Sometimes, the cast vote record includes ballot images. It is possible to match the ballot images with a particular line of data within a cast vote records spreadsheet. If there are questions about whether someone intended to vote in a particular way, this can be used by auditors to see how the ballot was adjudicated.

Researchers and auditors can use the records as a valuable tool. These records can be used to identify larger trends such as how many people split their ticket and how precincts have moved towards a party over time. They also provide information about how voting methods (in person vs. mail) change. The cast vote record, when combined with the ballot images, can be used to audit an electoral. However, paper ballots are a better tool.

Auditing should be done from the actual paper ballot and not from a digital image. Hailperin stated that you can have a little more confidence by looking at the cast vote record and image.

These records don’t contain your name or voter names. The ballots are private by law, so the names of voters are not there.

Hailperin stated that some people who seek these records believe they can find fraud based upon the order in which the ballots were scanned. They would, for example, flag if a large number consecutively voted for one candidate. However, the order in which the ballots were scanned does not always correspond with the date they arrived. It is flawed to cite ballot sequences in proof of fraud. Different political affiliations tend to vote with different methods due to their trust in early voting, or other factors.

They won’t tell the story you want them too. “If the story that you want to tell is that this was clearly fraudulent, they’re not going to get it,” Dan Wallach, a Rice University computer science professor who studies election security, said.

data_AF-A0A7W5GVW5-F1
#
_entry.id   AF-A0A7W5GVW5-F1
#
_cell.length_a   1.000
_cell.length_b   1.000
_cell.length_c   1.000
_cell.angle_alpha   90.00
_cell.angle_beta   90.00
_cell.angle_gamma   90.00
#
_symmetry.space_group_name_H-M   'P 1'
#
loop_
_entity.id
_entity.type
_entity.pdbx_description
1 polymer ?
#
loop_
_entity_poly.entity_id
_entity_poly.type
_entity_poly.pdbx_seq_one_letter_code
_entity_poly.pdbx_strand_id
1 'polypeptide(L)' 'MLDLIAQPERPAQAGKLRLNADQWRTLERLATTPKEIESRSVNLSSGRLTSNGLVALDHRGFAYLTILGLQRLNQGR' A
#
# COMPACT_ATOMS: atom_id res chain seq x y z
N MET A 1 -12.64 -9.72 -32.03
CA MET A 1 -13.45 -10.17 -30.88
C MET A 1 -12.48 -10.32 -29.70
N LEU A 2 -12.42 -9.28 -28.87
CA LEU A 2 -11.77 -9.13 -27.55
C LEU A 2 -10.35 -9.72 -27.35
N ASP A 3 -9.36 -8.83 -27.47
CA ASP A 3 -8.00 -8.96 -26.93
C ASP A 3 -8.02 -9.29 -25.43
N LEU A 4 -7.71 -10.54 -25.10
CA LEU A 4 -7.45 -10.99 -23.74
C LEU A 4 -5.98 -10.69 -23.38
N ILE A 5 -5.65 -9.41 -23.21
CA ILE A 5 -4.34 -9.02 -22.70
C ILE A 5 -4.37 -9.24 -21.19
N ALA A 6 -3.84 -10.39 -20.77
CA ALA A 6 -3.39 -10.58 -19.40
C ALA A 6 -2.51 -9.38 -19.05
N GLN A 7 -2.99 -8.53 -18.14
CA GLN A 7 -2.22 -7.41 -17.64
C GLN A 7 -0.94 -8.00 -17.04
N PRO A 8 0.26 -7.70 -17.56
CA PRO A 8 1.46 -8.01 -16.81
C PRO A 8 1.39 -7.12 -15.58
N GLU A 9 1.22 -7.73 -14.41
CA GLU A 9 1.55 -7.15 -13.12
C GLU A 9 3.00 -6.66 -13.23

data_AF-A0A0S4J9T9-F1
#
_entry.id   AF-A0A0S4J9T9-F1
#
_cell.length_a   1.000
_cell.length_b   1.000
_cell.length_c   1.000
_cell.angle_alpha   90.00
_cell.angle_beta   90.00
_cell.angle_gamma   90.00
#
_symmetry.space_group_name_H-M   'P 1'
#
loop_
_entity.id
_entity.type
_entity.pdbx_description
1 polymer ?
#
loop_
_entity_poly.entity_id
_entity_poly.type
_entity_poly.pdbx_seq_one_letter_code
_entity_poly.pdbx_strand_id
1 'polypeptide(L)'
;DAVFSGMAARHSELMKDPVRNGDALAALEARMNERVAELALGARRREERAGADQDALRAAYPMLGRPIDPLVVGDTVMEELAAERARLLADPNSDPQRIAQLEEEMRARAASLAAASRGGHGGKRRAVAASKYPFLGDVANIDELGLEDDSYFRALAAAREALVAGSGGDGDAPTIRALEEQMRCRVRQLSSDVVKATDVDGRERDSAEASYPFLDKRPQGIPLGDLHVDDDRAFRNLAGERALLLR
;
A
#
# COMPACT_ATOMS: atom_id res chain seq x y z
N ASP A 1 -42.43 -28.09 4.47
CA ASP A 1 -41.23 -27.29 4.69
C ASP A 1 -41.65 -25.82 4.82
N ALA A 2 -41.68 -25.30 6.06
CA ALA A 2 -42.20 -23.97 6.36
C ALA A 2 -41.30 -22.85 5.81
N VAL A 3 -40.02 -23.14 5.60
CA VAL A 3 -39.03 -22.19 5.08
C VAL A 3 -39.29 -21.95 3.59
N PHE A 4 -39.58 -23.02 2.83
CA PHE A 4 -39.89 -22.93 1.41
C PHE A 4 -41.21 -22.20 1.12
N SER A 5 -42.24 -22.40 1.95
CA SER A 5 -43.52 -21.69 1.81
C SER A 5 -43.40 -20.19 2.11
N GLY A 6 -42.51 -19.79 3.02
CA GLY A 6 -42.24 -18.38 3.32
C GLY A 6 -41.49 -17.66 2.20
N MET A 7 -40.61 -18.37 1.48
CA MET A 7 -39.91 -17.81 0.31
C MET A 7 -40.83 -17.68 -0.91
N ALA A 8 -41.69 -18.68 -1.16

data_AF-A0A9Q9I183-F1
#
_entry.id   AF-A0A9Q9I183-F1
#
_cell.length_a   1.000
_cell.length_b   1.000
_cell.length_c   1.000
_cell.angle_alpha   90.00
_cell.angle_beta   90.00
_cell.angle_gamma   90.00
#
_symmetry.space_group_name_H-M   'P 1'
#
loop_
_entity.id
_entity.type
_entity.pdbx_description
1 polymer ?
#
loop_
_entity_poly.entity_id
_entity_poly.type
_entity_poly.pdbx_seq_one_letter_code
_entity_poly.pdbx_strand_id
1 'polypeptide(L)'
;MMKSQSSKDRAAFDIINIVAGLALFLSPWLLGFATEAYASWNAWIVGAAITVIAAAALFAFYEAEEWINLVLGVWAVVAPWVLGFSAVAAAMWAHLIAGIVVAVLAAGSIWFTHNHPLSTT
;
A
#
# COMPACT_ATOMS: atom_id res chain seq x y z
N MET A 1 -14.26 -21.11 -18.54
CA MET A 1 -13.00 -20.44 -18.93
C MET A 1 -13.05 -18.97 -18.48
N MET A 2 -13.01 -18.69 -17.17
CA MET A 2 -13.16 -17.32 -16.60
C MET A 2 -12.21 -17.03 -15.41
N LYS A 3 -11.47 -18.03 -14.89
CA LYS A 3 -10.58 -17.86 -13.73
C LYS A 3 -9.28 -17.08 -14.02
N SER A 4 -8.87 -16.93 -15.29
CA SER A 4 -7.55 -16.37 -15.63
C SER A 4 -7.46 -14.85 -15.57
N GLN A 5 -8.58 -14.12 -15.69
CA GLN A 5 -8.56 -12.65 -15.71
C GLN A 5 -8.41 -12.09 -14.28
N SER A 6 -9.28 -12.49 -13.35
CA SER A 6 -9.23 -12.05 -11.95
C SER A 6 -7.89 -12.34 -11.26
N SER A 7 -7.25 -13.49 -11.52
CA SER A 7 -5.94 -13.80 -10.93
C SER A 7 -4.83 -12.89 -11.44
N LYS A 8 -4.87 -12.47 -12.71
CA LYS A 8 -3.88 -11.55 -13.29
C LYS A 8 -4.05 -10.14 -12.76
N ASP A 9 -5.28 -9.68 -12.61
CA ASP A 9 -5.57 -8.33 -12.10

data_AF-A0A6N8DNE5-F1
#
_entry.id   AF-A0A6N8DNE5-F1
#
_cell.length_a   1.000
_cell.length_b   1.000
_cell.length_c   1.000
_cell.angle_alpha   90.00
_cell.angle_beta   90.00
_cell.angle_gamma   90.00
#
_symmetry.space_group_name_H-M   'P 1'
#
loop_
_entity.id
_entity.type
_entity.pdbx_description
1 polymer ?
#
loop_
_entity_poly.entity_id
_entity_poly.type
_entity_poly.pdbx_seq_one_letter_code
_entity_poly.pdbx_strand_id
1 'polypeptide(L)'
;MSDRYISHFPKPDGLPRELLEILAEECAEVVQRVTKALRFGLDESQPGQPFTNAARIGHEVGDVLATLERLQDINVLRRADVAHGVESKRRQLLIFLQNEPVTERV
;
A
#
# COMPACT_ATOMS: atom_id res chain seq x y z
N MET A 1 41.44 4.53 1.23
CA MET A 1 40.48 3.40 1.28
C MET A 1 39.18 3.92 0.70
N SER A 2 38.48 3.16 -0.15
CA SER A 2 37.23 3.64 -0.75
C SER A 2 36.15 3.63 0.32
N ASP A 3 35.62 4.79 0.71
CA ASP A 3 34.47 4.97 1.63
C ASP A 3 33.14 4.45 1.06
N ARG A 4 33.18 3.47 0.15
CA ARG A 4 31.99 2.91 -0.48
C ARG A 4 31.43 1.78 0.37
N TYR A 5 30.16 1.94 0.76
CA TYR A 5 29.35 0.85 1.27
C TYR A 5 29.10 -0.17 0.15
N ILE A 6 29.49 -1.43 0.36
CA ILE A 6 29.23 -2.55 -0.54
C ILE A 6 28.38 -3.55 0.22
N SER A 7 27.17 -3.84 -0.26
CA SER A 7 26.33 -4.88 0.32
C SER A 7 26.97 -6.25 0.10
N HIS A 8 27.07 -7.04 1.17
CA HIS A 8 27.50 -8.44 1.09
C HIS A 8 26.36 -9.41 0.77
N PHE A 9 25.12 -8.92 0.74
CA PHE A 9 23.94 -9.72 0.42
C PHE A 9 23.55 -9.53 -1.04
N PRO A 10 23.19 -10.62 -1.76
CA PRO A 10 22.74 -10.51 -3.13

There is no national law that identifies which cast vote records or corresponding ballot images are public records.

Some jurisdictions make election records online. They also provide ballot images that enable anyone to verify the results of an election. While some jurisdictions will provide a cast vote record in response to such requests, they won’t release the ballot images. Some won’t release the information. Others have not received any requests for such records, so they are trying to figure out how to respond. Others don’t have a cast vote record due to the technology they use .

In small areas with fewer voters assigned to each precinct, election departments are careful not to reveal information that could identify individual voters’ votes. They are also faced with unclear state laws and codes regarding whether or not the cast vote record should be made public. These questions are being addressed by lawsuits in many places, including Arizona and Pennsylvania.

The release of the ballot images is more contentious than that of the cast vote record spreadsheet.

Wallach stated that there is an additional question about whether a CVR is legaly a ballot. Wallach explained that the whole concept of CVR was born because when something is called a ballot, a bunch of laws are put into effect.

John Brakey, a Democratic activist, co-founded AUDIT USA, and was a liaison to the Arizona Senate’s poll review in Maricopa County. He has sued multiple jurisdictions in an attempt to access ballot images and cast votes records, in a separate effort from Lindell’s. Brakey doesn’t believe that there was widespread fraud during the 2020 election. Brakey believes that both records should be combined in order to offer the best auditing option, other than the hand-marked paper ballots.